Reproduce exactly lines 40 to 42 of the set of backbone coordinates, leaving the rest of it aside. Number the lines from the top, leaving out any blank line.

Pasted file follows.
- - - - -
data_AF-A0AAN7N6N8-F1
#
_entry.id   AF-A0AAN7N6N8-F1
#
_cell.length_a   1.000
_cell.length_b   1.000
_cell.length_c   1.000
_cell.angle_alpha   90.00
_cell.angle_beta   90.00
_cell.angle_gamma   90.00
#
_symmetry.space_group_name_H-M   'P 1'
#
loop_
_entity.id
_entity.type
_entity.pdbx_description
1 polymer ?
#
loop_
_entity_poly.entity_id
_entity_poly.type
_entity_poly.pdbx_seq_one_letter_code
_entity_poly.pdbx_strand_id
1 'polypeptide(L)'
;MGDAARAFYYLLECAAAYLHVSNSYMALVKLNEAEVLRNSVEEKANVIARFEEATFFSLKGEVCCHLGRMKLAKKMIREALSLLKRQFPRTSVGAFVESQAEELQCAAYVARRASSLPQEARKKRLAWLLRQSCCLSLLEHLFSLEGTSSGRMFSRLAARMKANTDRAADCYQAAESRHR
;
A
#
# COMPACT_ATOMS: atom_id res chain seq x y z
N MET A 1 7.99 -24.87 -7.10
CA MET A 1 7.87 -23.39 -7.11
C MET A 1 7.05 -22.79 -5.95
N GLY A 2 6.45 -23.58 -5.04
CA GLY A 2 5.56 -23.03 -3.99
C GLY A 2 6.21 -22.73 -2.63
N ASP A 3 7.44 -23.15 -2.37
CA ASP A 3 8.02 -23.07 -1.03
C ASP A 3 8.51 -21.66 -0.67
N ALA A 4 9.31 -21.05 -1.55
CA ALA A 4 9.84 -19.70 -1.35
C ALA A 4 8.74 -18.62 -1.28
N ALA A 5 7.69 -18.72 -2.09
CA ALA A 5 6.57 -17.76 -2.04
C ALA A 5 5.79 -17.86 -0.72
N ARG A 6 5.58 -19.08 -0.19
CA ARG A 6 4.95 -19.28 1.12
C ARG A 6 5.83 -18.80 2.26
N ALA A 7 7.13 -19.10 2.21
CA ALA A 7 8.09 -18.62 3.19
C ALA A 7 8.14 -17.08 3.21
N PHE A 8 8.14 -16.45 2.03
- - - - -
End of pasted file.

N ALA A 4 9.31 -21.05 -1.55
CA ALA A 4 9.84 -19.70 -1.35
C ALA A 4 8.74 -18.62 -1.28